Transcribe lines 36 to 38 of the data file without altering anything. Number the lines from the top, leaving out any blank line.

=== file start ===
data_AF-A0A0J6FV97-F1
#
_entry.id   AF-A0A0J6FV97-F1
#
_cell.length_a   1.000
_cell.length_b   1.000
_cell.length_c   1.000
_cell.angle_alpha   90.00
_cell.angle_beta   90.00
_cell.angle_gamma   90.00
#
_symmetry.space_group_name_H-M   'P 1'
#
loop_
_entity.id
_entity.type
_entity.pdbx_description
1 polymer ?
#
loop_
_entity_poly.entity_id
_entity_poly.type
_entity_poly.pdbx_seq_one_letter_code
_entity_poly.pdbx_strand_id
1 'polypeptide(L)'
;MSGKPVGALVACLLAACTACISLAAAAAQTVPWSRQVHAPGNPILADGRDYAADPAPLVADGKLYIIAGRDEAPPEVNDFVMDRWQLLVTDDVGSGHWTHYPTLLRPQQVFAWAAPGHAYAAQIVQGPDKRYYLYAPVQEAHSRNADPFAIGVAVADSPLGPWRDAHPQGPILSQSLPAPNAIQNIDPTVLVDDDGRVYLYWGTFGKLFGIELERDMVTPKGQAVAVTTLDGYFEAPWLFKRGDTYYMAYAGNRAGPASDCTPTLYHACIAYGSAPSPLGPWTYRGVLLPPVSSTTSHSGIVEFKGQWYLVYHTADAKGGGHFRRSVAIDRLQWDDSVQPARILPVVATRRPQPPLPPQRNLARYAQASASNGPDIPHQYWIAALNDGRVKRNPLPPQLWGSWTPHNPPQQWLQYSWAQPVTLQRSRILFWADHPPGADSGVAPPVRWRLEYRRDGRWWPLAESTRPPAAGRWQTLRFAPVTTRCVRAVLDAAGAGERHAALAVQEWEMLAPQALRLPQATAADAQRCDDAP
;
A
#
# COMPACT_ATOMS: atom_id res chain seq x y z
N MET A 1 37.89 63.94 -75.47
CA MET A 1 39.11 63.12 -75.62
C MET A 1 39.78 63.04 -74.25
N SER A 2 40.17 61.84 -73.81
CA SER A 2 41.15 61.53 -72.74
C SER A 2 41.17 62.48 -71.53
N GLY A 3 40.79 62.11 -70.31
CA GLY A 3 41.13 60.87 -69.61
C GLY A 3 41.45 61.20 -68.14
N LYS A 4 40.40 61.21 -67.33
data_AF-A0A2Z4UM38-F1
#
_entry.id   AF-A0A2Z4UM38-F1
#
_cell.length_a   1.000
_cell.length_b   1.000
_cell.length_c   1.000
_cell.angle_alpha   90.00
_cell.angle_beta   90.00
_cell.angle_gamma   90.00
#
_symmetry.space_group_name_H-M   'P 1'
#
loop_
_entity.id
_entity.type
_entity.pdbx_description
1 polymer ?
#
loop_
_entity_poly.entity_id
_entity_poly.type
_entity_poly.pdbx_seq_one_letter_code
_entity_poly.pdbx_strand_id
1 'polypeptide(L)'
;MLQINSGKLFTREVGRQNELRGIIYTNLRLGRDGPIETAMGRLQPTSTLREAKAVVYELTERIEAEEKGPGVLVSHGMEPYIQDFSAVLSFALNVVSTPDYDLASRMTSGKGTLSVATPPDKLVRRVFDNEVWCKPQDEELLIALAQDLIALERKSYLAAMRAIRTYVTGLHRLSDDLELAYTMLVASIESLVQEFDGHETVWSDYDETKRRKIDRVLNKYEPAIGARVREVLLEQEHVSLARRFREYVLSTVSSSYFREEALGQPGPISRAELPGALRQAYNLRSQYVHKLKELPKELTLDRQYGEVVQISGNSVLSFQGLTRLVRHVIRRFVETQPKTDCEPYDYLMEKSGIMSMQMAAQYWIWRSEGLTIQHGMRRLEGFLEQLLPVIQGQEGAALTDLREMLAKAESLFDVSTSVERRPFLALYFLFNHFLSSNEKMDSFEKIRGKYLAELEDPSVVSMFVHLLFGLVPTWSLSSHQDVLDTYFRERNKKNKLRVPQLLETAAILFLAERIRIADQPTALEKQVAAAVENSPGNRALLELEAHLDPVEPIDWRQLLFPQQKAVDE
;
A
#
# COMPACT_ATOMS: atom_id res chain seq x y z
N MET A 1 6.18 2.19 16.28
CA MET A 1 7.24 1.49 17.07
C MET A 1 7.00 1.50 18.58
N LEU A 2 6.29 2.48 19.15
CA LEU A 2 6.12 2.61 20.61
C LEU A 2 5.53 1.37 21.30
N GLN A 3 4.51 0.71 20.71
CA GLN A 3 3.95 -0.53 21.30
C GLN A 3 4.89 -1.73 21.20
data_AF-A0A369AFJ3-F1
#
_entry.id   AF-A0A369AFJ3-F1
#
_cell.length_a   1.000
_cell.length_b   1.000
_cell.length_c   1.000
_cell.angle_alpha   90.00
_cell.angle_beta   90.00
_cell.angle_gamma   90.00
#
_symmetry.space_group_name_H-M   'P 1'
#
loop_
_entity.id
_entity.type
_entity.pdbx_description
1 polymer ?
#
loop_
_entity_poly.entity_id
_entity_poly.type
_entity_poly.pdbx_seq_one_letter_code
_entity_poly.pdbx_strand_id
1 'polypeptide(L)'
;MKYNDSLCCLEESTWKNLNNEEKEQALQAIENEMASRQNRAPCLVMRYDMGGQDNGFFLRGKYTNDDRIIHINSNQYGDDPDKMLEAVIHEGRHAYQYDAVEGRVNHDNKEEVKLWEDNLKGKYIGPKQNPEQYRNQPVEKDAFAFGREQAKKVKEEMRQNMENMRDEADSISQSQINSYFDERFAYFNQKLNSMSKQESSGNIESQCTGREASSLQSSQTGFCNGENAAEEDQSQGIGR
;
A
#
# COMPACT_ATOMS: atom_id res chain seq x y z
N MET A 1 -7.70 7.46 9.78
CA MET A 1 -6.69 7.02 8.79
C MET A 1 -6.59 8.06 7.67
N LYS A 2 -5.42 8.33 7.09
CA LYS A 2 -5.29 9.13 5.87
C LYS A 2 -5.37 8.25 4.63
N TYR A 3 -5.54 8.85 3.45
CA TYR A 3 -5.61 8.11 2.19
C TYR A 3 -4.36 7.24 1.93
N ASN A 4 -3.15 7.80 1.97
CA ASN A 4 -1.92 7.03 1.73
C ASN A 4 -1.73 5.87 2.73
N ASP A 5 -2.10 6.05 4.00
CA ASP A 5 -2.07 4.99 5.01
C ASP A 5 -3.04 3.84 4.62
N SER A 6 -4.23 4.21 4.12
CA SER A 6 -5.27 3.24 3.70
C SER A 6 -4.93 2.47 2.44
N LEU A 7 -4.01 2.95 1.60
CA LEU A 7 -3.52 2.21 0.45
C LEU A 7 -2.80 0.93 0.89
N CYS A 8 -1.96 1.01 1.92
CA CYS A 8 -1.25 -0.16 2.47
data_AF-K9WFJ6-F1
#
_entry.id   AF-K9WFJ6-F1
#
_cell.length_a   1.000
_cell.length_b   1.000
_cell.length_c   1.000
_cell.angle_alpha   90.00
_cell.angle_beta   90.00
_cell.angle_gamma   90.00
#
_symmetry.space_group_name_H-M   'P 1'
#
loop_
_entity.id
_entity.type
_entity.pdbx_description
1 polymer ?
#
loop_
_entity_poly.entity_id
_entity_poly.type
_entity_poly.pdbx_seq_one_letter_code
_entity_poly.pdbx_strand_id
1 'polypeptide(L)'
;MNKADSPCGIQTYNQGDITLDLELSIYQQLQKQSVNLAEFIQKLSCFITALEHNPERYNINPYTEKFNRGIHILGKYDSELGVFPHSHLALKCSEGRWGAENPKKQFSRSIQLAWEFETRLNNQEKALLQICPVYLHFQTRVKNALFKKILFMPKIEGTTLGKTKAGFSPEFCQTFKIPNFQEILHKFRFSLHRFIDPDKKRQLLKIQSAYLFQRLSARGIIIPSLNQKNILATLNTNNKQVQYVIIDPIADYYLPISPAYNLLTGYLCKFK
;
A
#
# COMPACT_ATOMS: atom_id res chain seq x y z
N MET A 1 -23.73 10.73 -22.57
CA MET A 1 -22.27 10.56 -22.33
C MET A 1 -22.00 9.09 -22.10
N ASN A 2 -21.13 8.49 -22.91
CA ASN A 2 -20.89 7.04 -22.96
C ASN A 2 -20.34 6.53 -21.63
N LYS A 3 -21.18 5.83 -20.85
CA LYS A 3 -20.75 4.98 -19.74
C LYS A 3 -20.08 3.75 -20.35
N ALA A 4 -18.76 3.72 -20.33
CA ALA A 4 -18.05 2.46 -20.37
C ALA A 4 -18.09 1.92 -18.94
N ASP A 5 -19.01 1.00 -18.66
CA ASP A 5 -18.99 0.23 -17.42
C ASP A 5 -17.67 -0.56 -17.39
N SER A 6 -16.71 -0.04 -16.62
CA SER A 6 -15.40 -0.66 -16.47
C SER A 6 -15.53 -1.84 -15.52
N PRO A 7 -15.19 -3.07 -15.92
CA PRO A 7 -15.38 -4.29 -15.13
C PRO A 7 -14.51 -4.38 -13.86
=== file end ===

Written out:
C SER A 2 41.17 62.48 -71.53
N GLY A 3 40.79 62.11 -70.31
CA GLY A 3 41.13 60.87 -69.61